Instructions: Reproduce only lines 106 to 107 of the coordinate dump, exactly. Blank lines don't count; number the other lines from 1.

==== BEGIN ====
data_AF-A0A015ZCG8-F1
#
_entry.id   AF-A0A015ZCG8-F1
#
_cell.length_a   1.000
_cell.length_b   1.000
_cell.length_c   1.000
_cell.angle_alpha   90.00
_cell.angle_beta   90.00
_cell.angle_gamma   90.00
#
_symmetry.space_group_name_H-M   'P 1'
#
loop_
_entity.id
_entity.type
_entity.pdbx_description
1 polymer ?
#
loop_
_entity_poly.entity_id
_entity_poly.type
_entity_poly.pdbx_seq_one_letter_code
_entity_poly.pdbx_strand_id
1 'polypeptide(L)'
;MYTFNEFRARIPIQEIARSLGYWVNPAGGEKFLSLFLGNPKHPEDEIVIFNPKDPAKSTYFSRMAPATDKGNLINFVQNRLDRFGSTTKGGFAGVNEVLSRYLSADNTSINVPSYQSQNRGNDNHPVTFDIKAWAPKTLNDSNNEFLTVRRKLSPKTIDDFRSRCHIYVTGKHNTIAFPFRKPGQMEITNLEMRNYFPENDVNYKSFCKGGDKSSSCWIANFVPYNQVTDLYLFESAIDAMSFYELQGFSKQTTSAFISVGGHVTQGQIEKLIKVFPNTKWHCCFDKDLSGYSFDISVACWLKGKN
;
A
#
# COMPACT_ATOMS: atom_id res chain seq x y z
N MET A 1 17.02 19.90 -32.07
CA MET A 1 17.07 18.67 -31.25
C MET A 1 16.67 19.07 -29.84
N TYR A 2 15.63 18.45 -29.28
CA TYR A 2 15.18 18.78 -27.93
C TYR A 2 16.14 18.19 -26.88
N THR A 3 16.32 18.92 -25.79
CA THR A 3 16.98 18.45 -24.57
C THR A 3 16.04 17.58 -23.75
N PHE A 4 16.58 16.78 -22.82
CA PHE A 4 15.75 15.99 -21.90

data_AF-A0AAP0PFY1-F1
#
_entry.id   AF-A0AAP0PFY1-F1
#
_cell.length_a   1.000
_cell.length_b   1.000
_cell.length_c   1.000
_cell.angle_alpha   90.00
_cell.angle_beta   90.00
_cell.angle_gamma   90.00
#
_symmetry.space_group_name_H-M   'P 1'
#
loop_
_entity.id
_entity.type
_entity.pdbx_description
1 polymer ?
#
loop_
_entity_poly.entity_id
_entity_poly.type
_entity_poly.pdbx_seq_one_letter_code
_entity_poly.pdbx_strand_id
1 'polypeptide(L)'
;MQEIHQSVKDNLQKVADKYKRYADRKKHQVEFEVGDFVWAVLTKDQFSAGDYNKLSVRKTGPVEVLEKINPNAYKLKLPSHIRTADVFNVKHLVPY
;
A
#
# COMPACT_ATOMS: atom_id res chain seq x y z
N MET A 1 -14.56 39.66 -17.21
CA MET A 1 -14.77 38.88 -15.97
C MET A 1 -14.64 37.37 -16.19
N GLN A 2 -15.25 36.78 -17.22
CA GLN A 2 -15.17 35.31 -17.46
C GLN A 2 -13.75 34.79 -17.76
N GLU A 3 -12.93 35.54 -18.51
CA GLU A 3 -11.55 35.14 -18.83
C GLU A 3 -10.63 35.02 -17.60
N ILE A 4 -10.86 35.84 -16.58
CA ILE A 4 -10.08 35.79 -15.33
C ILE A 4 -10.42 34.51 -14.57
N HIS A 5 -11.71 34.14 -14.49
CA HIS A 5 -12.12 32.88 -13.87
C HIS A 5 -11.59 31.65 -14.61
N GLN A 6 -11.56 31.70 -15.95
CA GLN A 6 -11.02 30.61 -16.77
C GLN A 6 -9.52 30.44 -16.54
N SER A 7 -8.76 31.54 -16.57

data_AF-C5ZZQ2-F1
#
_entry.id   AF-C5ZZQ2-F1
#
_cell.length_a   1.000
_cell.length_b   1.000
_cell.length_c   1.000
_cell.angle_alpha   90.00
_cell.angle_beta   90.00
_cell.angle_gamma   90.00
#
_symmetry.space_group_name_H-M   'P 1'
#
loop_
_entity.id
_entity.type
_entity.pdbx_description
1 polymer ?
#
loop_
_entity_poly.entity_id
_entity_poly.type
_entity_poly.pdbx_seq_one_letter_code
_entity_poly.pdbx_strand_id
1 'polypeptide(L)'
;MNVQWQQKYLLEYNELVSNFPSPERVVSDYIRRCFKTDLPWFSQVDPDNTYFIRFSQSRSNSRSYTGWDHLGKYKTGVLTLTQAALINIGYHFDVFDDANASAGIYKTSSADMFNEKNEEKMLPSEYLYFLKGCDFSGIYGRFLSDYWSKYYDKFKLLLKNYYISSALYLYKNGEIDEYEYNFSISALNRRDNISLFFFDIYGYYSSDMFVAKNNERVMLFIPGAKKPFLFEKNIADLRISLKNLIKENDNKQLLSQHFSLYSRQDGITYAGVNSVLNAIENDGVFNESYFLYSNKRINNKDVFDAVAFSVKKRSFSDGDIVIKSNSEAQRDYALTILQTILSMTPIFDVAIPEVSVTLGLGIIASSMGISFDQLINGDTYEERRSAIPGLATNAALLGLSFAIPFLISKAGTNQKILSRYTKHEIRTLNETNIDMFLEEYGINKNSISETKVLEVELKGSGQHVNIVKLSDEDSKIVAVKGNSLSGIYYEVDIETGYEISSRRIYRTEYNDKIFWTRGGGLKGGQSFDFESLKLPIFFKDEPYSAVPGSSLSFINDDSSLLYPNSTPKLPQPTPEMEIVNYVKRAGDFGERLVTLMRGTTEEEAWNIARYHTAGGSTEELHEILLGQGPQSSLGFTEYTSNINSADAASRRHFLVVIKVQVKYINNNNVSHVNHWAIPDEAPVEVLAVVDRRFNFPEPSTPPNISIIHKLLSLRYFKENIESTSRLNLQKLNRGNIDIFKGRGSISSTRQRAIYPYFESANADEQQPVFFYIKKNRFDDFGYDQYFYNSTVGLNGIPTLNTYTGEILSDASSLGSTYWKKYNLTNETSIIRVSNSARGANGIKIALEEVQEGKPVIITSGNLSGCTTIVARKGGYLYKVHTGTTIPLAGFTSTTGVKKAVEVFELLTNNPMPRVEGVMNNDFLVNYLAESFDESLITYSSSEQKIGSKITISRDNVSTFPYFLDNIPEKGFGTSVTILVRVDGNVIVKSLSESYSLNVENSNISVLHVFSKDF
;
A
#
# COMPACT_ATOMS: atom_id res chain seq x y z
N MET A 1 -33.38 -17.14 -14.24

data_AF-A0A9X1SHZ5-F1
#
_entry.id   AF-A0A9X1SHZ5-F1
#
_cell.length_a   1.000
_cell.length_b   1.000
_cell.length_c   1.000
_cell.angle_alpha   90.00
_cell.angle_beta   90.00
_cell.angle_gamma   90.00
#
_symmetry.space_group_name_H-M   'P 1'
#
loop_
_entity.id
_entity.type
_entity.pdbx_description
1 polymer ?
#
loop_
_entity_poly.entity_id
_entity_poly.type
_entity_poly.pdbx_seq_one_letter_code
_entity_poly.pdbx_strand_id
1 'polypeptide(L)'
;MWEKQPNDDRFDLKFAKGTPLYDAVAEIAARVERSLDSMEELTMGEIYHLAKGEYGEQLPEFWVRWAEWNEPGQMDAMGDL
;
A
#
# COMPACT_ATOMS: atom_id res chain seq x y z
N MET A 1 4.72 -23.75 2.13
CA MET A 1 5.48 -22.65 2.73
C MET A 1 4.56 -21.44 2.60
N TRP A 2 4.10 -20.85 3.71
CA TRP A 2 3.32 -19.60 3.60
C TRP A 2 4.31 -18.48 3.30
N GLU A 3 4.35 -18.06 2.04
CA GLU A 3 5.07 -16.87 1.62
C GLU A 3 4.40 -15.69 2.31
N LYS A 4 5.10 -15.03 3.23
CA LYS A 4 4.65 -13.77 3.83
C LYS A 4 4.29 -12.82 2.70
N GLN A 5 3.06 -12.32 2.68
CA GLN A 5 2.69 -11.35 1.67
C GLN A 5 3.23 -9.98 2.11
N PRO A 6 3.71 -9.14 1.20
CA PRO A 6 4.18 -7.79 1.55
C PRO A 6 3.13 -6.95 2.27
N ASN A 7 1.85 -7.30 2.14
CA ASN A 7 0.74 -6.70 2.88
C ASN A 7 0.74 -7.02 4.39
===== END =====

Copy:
_entity.type
_entity.pdbx_description